Yet far more than a cognitive dissonance, it is really a question related to Dasein, which explains why the Figure of the Arbeiter piqued Heidegger’s interest. For Heidegger, there was always the risk that Total Mobilization may become the only thing that defines the Arbeiter to the point where the Figure may experience something akin to an “existential identity crisis.” This particular theme is evident in the artform known as “Machinima” (no ontological relationship with the now defunct “”). 

Machinima as an artform grew up with the developments of the gaming industry between the late 1990s and early 2010s. It attempted, through a game’s ‘engine’ and ‘assets’ (as if a video game is somehow a Fictitious Commodity as a vehicle for Kapital), to create short stories and comedic skits. Most Machinimas were done for the sake of lighthearted fun, but there was always an underlying theme of existentialism, of an apparent uncertainty about whether somebody’s Dasein was authentic to them on a subconscious level. A part of it can be discerned from Machinima’s struggle to be accepted as a legitimate artform, since it originally required very little knowledge of game design or filmmaking. As long as somebody has access to the right developer tools and technical know-how, they can create a simple story. Another part has to do with the state of the gaming industry itself in the 2000s and 2010s, as the Internet became increasingly available and the need for developers to contribute more Kapital to publishers and investors grew.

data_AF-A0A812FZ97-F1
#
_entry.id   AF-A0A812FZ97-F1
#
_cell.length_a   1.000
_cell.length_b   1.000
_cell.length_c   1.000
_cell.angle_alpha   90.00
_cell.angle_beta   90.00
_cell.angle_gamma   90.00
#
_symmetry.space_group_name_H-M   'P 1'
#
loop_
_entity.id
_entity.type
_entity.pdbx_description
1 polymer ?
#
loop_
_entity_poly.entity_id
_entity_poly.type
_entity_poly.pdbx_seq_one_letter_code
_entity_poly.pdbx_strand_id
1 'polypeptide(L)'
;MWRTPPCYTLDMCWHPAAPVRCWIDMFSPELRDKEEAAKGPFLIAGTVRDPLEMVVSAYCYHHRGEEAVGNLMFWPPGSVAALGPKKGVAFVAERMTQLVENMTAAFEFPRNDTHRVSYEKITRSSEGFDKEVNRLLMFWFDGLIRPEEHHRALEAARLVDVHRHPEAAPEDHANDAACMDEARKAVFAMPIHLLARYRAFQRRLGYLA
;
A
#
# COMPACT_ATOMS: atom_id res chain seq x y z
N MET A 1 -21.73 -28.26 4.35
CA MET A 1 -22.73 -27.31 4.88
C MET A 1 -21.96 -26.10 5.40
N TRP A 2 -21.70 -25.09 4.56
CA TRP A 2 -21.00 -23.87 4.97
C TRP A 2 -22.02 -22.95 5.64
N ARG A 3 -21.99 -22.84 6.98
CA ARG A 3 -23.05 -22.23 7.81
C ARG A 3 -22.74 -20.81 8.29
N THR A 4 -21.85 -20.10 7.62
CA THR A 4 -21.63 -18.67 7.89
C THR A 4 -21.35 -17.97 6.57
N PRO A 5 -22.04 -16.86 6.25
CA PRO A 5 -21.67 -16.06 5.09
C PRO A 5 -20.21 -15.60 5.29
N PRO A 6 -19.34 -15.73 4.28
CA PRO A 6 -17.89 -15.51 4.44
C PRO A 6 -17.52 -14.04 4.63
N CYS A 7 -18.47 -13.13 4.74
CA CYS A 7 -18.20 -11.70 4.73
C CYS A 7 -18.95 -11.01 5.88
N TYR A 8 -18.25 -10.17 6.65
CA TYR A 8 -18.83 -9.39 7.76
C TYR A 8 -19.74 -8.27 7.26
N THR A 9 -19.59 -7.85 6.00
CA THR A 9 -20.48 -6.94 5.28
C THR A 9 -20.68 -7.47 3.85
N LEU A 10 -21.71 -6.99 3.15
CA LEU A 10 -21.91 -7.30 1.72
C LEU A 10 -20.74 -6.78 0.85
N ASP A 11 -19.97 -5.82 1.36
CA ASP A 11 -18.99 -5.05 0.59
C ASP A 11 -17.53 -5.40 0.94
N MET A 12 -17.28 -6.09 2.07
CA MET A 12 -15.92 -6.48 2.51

Without any support from developers and the ability to keep up with the technological changes, the artform of Machinima waned as the few who remained were the more experienced and have been working on the same webshows. It also did not help that was subverted by Kapital and the YouTube algorithm slashed any hopes of a steady source of income from ad revenue. Creating a Machinima is difficult for human creators to ensure that enough of their work can match the output of the algorithm, a soulless automated software that preferred a “Let’s Play.” This is not to suggest that the artform is now relegated to the museum, a disgraceful sign of wasted and diminished human potential of the what-could-have-been. Despite the artform still being practiced by a small few, it remains to be seen whether the artform will have the chance to become something greater, to realize the potential that it never achieved with